April 16, 2021


Business Leaders Unite To Oppose Voting Restrictions

Major corporations, law firms, executives, nonprofits, and celebrities signed a new statement opposing voting restrictions in a two-page advertisement placed in The New York Times and The Washington Post on Wednesday.  Voting rights advocates and civil rights groups argue that the voting legislation advanced by Republicans in several states restricts ballot access and disproportionately affects voters of color. Amazon, Google, Apple, Blackrock, and Starbucks were among the corporations that signed

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Corporations, business leaders, celebrities sign statement against voting restrictions

Demonstrators wear chains while holding a sit-in inside of the Capitol building in opposition of House Bill 531 on March 8, 2021 in Atlanta, Georgia. HB531 will restrict early voting hours, remove drop boxes, and require the use of a government ID when voting by mail.

Megan Varner | Getty Images

Hundreds of corporations, executives and celebrities released a statement Wednesday in opposition to “any discriminatory legislation or measures” that would restrict ballot access.

Signatories include corporations such as Amazon, BlackRock and General Motors and individuals such as Berkshire Hathaway CEO Warren Buffett, actor Leonardo DiCaprio and music star Ariana

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5 ironclad truths about the new Georgia voting law and business

After watching the fallout from the new Georgia voting law passed two weeks ago, I’ve come to five conclusions.

-The right to vote shouldn’t be a partisan issue, but sadly has become one.

-The new law isn’t about election integrity, it’s meant to suppress voting.

-The law has set off a chain reaction that continues to this day.

-The consequences here are changing the relationship between politics (mostly the GOP) and business.

-And in all this there is nuance and a good many twists to the story.

Georgia Gov. Brian Kemp signs a baseball after a ceremony to announce that

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With Georgia Voting Law, the Business of Business Becomes Politics

Big consumer brands like Coca-Cola Co. and Delta Air Lines Inc. for years have positioned themselves as forces for promoting what they see as social good—an approach they displayed last summer after the death of George Floyd.

Coca-Cola turned off its Times Square billboard for a day. Delta flew Mr. Floyd’s body to his family in Houston. The Atlanta-based companies were among the scores of big corporations around the country that pledged an array of money and initiatives toward racial justice amid the upheaval that Mr. Floyd’s death while in police custody unleashed.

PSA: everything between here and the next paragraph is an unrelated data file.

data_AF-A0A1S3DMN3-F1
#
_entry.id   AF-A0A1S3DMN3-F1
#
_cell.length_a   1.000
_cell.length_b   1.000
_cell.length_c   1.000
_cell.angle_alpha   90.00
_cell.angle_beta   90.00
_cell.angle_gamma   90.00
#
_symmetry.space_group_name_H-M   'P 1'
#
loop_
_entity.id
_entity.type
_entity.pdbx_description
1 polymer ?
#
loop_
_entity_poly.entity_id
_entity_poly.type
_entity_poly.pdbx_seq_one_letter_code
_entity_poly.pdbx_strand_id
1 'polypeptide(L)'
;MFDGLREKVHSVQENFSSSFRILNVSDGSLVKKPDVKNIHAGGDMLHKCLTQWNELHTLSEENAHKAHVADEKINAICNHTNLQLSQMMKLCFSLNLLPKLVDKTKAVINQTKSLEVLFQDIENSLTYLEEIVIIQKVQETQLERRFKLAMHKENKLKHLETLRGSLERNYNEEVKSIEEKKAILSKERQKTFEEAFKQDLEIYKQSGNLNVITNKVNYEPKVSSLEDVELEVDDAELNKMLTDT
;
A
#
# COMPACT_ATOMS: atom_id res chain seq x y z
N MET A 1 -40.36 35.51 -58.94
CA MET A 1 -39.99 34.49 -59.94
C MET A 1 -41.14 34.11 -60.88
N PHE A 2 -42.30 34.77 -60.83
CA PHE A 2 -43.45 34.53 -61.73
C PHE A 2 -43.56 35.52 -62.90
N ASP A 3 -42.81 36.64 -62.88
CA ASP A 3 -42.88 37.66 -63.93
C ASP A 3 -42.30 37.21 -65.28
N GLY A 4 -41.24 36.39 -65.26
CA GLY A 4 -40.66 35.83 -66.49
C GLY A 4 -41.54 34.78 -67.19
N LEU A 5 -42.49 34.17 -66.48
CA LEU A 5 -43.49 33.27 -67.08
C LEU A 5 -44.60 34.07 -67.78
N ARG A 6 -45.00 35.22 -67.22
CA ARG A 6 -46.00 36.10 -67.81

Now, business leaders are facing new pressures

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More than 100 business leaders speak out against voting restrictions

“We believe every American should have a voice in our democracy and that voting should be safe and accessible to all voters,” the statement said. The companies are part of Civic Alliance, a coalition that “recognizes that a strong democracy is good for business,” according to its website.

The statement comes as businesses are under growing pressure to condemn legislation in Georgia, Texas, and other key states where Republican lawmakers are trying to clamp down on ballot access.

The Civic Alliance letter said its member companies “stand in solidarity with voters” and that Americans “must have equal freedom to vote

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Black Business Leaders Urge Companies to Fight Republican Voting Laws

  • 72 Black executives are urging US companies to speak out about new voting laws, the NYT reports.
  • They claim the new bill, being advanced by Republicans, could restrict the rights of Black voters.
  • Former American Express CEO, Kenneth Chenault and Merck CEO Kenneth Frazier are in charge of the letter.
  • See more stories on Insider’s business page.

Top Black business leaders in the US are calling on companies to fight against restrictive voting rights laws being put in place in at least 43 states, according to a report from The New York Times on Wednesday.

So far, 72 Black executives

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